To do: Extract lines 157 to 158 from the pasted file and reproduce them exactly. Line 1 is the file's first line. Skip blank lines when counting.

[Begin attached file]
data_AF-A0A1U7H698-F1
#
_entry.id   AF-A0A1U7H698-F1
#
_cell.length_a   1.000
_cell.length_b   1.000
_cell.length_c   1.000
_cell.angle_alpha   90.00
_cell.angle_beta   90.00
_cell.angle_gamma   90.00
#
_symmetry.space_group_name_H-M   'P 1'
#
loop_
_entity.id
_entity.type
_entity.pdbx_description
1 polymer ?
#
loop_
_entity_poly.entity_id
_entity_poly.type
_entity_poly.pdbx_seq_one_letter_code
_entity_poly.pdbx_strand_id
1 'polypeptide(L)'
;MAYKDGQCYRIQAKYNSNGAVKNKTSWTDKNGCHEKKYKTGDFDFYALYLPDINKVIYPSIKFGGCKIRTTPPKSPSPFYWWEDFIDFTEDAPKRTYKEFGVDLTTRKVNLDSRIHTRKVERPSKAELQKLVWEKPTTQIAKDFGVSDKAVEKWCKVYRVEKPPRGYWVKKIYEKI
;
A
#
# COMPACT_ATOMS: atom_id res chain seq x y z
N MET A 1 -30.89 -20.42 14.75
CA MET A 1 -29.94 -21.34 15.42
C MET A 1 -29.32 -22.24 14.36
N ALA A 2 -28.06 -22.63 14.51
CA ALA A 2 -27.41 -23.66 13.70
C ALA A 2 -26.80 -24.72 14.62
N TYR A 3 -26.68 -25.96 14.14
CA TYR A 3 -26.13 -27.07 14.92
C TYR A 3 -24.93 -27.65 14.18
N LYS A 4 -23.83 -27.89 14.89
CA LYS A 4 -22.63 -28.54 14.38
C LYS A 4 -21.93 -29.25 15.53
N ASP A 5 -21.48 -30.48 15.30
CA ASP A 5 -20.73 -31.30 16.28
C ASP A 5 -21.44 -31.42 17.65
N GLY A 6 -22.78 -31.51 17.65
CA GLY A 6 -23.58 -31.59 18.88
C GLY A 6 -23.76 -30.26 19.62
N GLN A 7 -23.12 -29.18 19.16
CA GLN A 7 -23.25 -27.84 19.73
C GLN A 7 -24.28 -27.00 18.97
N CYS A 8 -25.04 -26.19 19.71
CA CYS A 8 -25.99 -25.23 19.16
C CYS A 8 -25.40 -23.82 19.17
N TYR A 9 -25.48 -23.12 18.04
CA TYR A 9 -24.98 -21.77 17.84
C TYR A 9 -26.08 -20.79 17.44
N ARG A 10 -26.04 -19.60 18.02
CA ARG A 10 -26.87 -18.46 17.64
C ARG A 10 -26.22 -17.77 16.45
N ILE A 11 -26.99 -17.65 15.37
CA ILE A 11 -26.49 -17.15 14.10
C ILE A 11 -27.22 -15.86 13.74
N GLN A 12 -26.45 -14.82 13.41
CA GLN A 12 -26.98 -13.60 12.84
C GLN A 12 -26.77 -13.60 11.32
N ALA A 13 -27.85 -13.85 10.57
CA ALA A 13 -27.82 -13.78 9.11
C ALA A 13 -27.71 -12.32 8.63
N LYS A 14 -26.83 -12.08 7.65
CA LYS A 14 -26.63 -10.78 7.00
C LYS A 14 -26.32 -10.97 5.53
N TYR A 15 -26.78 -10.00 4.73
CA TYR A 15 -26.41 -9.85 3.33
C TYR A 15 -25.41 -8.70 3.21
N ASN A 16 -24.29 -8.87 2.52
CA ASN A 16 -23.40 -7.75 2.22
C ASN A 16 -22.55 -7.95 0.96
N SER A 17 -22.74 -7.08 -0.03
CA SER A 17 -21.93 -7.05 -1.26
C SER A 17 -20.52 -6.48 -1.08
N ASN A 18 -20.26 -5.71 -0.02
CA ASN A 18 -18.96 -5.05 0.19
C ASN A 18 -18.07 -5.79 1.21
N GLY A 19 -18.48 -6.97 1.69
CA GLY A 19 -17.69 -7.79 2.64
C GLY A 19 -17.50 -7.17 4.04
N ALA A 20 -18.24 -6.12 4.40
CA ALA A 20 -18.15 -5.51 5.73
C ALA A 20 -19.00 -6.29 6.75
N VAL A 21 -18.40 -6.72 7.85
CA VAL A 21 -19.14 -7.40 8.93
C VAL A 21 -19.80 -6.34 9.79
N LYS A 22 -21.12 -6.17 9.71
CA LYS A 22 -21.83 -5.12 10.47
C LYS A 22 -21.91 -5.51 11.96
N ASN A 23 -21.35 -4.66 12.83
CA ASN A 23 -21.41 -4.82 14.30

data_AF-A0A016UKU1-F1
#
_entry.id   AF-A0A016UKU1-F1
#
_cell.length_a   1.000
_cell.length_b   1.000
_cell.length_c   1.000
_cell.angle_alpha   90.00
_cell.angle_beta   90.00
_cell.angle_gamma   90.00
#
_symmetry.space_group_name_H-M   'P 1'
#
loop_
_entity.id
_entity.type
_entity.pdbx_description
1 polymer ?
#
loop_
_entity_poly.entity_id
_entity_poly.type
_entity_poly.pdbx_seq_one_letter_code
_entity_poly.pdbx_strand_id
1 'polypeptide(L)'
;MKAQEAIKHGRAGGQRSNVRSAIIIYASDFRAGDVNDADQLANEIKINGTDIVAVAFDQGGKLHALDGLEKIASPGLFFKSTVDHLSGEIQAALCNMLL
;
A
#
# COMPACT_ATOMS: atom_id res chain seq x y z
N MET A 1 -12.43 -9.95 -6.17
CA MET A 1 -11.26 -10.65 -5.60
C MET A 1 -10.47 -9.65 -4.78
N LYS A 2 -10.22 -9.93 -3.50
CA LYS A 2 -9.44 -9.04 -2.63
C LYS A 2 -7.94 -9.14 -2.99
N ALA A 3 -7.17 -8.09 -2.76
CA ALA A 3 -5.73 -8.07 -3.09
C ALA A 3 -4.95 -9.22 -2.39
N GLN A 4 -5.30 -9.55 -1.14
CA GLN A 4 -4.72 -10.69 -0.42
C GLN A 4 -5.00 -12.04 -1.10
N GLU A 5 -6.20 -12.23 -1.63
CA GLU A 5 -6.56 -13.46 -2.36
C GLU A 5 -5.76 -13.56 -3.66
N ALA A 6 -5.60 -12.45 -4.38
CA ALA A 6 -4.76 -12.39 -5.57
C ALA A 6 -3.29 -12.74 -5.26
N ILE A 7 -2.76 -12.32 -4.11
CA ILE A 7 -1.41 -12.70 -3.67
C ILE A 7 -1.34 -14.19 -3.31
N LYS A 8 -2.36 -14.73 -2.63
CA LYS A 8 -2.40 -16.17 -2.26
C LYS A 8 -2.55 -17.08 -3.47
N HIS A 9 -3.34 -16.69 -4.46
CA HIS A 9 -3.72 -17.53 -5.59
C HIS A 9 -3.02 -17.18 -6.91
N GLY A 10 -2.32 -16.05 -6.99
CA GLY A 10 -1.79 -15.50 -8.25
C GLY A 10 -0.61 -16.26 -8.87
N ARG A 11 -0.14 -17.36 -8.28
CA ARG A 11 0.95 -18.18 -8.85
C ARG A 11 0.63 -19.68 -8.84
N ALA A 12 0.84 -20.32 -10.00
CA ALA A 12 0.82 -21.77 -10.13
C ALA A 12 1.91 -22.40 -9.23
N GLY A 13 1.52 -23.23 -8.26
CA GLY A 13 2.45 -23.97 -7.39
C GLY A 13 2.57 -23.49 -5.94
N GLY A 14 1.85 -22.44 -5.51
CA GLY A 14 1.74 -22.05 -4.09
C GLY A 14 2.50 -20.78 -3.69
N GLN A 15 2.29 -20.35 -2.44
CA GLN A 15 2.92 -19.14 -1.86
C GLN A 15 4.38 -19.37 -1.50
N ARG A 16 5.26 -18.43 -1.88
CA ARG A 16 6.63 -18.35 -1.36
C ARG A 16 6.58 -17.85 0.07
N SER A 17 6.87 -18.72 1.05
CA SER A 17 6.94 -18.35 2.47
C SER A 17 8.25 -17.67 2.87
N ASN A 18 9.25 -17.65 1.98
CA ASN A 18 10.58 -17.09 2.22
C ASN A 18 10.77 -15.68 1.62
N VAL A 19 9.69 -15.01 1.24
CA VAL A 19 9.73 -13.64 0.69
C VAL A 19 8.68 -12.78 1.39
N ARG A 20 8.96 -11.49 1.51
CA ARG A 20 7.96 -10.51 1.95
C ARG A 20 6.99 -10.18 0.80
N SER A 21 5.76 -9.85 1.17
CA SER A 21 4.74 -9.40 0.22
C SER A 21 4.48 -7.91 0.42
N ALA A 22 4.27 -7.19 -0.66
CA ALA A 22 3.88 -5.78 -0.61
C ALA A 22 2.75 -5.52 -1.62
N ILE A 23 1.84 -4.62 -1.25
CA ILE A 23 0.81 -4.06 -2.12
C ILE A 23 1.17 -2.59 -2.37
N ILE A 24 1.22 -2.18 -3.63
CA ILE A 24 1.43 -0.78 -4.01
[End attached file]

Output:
CA GLY A 10 -1.79 -15.50 -8.25
C GLY A 10 -0.61 -16.26 -8.87